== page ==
This post first appeared at Tennis Grandstand.
Would you rather have all the natural talent in the world and not an ounce of work ethic or all the work ethic in the world and not an ounce of natural talent?
A true existential question of life. The final question in the tennis equivalent of ‘Would You Rather?’. While the greatest champions in tennis were the lucky individuals blessed with both, most aren’t so lucky. Some go on to forge a solid career with the limited tools they have, purely because the want it. Others, believing their talent can do all the talking, vastly underachieve – only the leave the tennis punditry discussing what ‘could’ve been.’
Ernests Gulbis has, up until this point, belonged to the latter group. Gulbis, who comes from an incredibly wealthy family, often appears to treat tennis as just something to do. He’s never wanted for anything; his father allegedly owns a private jet, and according to Gulbis himself, “a helicopter, a submarine and a spaceship.” In 2009, he spent a night in a Swedish jail for allegedly soliciting a prostitute, but was released in time to compete in that edition of the Swedish Open.
When Gulbis applies himself, much like a young child in school, the results have come. In just his second trip to Roland Garros, he reached the quarterfinals in 2008; however, he has not been past the second round of a major since. He peaked at a career-high of No. 21 in February of 2011, owns three career ATP titles and has wins over Roger Federer, Novak Djokovic and Tomas Berdych in his career. As evidenced when he cares, Gulbis possesses a full compliment of skills.
Nonetheless, Gulbis has continued to let his mouth, rather than his racket, do most of the talking. After falling out of the top 100 in February, Gulbis took issue with some players ranked in front of him, players with less talent who put in the hard yards and work exponentially harder. “I was really getting pissed to see who’s in the top 100,’” Gulbis said in an interview with The Sun Sentinel ahead of the tournament in Delray Beach. “There are some guys who I don’t know who they are. Some guys, I’m sorry, with respect—they can’t play tennis.”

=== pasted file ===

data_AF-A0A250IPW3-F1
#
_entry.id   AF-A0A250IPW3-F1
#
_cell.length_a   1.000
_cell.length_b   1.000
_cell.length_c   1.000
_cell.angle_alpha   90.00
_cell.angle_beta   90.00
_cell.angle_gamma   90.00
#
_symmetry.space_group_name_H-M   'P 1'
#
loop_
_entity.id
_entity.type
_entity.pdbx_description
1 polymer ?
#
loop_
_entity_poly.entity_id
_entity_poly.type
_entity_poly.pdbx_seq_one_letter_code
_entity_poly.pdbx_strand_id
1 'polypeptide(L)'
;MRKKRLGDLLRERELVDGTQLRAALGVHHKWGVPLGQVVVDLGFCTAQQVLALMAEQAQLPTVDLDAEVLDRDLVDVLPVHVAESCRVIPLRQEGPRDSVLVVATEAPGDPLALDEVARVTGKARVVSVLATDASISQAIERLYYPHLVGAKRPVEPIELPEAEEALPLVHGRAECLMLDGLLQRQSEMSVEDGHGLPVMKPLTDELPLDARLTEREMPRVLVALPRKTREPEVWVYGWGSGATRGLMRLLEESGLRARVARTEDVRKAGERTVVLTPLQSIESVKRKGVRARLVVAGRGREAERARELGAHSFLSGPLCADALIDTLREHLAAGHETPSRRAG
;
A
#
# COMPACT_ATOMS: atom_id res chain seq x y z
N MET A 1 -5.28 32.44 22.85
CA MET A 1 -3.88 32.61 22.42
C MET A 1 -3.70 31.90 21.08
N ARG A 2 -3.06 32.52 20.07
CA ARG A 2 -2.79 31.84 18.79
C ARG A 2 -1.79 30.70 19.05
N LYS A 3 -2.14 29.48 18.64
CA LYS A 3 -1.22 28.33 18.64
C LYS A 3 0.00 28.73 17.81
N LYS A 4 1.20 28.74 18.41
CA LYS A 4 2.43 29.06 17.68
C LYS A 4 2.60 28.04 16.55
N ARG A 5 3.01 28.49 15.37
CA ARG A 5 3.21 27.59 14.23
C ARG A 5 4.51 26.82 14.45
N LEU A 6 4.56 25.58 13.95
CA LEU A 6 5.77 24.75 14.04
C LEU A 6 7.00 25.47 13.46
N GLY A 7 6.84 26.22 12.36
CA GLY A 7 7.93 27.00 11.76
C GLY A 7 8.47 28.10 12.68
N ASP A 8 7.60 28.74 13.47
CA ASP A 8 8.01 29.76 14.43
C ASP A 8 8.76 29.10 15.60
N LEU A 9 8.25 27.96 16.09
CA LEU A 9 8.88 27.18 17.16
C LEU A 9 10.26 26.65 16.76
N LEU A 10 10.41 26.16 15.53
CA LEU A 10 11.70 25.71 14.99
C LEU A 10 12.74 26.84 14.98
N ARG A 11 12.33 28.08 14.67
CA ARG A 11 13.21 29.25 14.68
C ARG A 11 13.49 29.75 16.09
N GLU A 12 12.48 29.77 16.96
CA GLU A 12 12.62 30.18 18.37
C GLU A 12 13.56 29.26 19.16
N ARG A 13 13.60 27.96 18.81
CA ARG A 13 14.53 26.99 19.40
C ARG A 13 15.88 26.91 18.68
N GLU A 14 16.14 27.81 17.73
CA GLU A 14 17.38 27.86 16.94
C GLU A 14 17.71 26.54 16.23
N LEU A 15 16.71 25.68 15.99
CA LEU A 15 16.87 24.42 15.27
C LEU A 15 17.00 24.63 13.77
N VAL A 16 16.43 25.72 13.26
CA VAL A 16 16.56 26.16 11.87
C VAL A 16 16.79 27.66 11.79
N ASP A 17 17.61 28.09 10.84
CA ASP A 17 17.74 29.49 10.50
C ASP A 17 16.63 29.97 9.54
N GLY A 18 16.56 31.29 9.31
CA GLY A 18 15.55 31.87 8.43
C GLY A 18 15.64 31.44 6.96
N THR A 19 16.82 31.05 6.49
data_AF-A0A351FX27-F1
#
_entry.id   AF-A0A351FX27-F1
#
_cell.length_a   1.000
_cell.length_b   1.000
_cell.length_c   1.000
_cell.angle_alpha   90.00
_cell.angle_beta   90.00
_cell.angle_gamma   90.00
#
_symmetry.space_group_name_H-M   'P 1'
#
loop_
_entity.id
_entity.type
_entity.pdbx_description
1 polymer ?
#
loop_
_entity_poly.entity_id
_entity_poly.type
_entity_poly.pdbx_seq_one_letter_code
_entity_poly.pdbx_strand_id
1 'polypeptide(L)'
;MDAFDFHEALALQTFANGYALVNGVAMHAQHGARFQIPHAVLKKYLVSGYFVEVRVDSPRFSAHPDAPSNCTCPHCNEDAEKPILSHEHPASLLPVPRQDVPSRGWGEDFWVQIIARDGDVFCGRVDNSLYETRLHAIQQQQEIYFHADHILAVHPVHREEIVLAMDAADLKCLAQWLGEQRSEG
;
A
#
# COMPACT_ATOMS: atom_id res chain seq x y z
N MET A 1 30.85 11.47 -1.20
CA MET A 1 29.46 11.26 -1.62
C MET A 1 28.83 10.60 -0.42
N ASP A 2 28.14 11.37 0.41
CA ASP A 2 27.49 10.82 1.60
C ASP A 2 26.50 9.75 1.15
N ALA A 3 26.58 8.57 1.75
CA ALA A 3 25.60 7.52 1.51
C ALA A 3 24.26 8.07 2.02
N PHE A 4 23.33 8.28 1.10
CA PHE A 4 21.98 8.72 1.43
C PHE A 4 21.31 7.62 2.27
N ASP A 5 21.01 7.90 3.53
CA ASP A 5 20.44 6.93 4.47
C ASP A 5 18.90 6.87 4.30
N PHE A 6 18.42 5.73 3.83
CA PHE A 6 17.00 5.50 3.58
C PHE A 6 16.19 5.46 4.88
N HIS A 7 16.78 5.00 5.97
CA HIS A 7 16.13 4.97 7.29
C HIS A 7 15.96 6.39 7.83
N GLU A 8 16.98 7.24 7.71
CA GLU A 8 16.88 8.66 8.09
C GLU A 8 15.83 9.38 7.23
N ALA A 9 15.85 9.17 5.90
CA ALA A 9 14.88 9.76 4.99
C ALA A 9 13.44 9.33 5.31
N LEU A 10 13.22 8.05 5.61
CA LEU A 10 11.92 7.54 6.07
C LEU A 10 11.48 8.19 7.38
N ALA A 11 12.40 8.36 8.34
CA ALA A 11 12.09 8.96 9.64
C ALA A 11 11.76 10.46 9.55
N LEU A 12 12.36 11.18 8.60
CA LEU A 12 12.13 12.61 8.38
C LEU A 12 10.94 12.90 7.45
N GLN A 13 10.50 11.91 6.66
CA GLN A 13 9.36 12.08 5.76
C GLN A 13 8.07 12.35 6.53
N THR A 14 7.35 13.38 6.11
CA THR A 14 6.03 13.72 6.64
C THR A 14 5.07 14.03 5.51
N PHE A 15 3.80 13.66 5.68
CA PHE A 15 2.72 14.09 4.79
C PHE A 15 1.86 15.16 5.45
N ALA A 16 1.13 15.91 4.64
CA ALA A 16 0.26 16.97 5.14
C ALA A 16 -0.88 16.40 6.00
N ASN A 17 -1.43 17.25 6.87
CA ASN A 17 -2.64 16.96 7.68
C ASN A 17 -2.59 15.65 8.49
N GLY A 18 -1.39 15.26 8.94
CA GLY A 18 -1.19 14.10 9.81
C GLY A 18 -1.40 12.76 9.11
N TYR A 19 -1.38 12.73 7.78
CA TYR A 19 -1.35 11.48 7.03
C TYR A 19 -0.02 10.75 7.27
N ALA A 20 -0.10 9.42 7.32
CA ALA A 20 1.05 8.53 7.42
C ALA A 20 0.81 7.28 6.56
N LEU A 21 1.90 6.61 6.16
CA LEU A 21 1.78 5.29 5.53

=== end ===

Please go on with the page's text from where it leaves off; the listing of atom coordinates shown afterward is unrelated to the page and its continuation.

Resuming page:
Some call Gulbis a colorful character, while others abhor his seemingly brattish and entitled behavior. Get him in the right mood on court and he becomes a walking code violation.
In Monte Carlo on Wednesday, Gulbis was penalized with not one, but three code violations en route to a 6-0, 3-6, 6-3 defeat at the hands of Juan Monaco in the second round. He received his first warning for racket abuse early in the second set and was docked a point for ball abuse early in the third; after being broken in the second game of the final set, Gulbis smashed his racket against the umpire’s chair and was penalized a game in line with his third code violation. The game penalty put him down 3-0 in the final set and this loomed large; Gulbis rallied from 5-1 to 5-3 in the final set but couldn’t close the gap in the end.
Gulbis really didn’t need to cement his status as the most frustrating player in tennis, but he did so anyway. He often comments about his lack of discipline on and off court, and is on the record as saying that he doesn’t like practicing. Money isn’t a motivating factor for him either. “…It’s not a big issue for me. If you come from a poor family, you want to pull yourself up, you have a goal to earn money. I don’t have that goal.” (The Telegraph)
So, what are his goals?
“This is the first year I really want to do this,” Gulbis said in the same interview with The Sun Sentinel. “I’m starting to enjoy tennis much more. Before I didn’t like it, honestly…Now, I want to play maybe five more years and do the best I can. My goal is to really win something big.” Trouble is, words only go so far. The old cliché is ‘actions speak louder than words.’ Gulbis can’t blame his petulance and boorishness on the hormones of youth anymore. At 24 years of age, he’s running out of time to make good on his word. Having watched Gulbis over the past five years, it’s still hard to say if he even wants to.